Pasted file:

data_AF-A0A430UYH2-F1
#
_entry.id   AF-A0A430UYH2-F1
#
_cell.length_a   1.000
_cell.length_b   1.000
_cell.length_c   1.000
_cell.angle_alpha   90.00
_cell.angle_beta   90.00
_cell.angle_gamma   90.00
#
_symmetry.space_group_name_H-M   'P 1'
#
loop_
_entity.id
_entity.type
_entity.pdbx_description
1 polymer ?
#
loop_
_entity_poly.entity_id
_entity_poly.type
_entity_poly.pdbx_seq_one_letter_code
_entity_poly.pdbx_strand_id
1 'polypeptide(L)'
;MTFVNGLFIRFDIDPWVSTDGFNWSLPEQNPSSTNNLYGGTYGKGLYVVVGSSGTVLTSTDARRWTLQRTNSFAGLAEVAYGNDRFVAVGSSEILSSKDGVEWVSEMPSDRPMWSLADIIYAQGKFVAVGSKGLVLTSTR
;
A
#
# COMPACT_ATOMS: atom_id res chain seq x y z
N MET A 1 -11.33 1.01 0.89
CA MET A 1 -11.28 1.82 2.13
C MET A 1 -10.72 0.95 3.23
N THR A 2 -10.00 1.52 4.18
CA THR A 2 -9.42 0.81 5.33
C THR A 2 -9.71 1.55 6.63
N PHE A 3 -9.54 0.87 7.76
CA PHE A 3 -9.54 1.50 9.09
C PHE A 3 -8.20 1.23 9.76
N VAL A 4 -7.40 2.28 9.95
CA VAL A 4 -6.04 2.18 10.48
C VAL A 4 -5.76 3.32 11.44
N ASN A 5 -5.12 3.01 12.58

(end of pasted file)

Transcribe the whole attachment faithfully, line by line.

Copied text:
data_AF-A0A430UYH2-F1
#
_entry.id   AF-A0A430UYH2-F1
#
_cell.length_a   1.000
_cell.length_b   1.000
_cell.length_c   1.000
_cell.angle_alpha   90.00
_cell.angle_beta   90.00
_cell.angle_gamma   90.00
#
_symmetry.space_group_name_H-M   'P 1'
#
loop_
_entity.id
_entity.type
_entity.pdbx_description
1 polymer ?
#
loop_
_entity_poly.entity_id
_entity_poly.type
_entity_poly.pdbx_seq_one_letter_code
_entity_poly.pdbx_strand_id
1 'polypeptide(L)'
;MTFVNGLFIRFDIDPWVSTDGFNWSLPEQNPSSTNNLYGGTYGKGLYVVVGSSGTVLTSTDARRWTLQRTNSFAGLAEVAYGNDRFVAVGSSEILSSKDGVEWVSEMPSDRPMWSLADIIYAQGKFVAVGSKGLVLTSTR
;
A
#
# COMPACT_ATOMS: atom_id res chain seq x y z
N MET A 1 -11.33 1.01 0.89
CA MET A 1 -11.28 1.82 2.13
C MET A 1 -10.72 0.95 3.23
N THR A 2 -10.00 1.52 4.18
CA THR A 2 -9.42 0.81 5.33
C THR A 2 -9.71 1.55 6.63
N PHE A 3 -9.54 0.87 7.76
CA PHE A 3 -9.54 1.50 9.09
C PHE A 3 -8.20 1.23 9.76
N VAL A 4 -7.40 2.28 9.95
CA VAL A 4 -6.04 2.18 10.48
C VAL A 4 -5.76 3.32 11.44
N ASN A 5 -5.12 3.01 12.58